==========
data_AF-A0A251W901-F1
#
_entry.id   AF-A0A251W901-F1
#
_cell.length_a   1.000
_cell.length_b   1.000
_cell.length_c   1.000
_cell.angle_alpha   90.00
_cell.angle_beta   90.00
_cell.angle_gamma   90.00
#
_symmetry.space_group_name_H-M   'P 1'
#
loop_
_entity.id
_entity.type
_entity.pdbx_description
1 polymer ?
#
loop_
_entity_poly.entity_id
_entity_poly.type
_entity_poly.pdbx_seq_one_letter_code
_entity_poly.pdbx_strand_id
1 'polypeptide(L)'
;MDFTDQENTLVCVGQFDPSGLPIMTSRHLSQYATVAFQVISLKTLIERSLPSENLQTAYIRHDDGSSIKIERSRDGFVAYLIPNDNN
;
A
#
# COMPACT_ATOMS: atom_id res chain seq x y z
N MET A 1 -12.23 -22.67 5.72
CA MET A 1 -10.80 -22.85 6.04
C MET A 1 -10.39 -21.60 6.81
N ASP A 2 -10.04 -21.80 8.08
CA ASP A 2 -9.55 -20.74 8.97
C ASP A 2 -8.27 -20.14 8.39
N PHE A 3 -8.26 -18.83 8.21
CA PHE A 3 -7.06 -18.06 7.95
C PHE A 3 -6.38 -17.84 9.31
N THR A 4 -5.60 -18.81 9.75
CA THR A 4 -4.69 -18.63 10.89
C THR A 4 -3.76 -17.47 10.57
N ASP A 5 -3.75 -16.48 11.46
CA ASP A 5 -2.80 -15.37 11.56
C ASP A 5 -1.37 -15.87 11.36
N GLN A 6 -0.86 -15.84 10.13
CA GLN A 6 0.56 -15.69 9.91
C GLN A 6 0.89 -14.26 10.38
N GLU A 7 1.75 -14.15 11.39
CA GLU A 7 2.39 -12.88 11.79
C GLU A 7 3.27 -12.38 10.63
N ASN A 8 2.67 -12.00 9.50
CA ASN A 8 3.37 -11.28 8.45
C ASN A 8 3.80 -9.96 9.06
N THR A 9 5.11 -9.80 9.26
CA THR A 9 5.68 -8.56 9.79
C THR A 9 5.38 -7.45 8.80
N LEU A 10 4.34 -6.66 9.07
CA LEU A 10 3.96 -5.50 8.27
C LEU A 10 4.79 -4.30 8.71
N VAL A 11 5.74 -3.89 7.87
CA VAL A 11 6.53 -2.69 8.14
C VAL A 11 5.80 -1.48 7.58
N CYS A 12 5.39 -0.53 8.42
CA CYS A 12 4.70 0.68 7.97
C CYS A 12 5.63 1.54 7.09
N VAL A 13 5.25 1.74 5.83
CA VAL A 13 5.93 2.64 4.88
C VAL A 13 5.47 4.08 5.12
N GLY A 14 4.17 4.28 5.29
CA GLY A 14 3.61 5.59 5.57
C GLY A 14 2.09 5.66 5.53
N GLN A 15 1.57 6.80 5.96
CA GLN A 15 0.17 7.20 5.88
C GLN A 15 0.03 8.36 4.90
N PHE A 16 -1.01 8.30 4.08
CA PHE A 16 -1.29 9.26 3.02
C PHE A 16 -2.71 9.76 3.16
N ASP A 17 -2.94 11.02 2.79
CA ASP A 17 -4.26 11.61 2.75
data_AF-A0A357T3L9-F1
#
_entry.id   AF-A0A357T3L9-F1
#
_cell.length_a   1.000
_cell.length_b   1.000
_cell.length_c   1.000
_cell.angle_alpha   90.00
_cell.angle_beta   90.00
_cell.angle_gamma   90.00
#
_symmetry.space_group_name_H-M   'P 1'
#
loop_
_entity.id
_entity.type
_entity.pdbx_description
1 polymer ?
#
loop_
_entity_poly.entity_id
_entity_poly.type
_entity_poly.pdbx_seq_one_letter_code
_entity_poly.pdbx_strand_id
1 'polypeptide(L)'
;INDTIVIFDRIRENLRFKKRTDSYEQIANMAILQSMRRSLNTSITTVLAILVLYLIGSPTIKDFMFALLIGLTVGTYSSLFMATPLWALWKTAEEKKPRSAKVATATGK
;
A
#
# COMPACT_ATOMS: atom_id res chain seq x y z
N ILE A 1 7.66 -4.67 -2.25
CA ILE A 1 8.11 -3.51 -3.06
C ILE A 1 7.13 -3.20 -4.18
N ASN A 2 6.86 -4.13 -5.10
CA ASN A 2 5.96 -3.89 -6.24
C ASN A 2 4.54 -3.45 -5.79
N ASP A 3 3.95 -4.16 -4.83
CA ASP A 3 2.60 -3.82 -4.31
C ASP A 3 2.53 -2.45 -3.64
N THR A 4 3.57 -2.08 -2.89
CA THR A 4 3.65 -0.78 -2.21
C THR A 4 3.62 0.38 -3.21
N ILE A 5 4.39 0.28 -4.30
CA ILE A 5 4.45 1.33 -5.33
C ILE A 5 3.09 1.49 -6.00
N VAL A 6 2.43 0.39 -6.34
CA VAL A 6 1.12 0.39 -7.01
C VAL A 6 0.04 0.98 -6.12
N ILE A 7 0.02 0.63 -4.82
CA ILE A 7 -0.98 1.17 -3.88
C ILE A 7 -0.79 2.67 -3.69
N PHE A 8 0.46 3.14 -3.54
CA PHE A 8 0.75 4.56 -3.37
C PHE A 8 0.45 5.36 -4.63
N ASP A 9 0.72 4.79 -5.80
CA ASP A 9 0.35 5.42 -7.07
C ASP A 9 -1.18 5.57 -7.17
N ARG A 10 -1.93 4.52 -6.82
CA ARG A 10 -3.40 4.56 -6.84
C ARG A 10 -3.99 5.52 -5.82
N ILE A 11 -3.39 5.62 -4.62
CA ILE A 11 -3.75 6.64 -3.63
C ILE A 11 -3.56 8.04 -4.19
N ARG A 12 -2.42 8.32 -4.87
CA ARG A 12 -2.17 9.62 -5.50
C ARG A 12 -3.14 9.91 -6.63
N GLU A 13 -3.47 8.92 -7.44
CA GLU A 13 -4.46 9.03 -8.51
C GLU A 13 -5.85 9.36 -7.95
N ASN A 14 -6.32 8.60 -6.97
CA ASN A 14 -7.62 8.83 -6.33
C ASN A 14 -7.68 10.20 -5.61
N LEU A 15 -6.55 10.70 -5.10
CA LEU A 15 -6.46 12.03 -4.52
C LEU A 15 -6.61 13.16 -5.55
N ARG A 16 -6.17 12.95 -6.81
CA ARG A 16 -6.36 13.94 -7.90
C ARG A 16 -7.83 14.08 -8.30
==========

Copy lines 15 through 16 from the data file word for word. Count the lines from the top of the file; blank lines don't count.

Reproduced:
_entity.id
_entity.type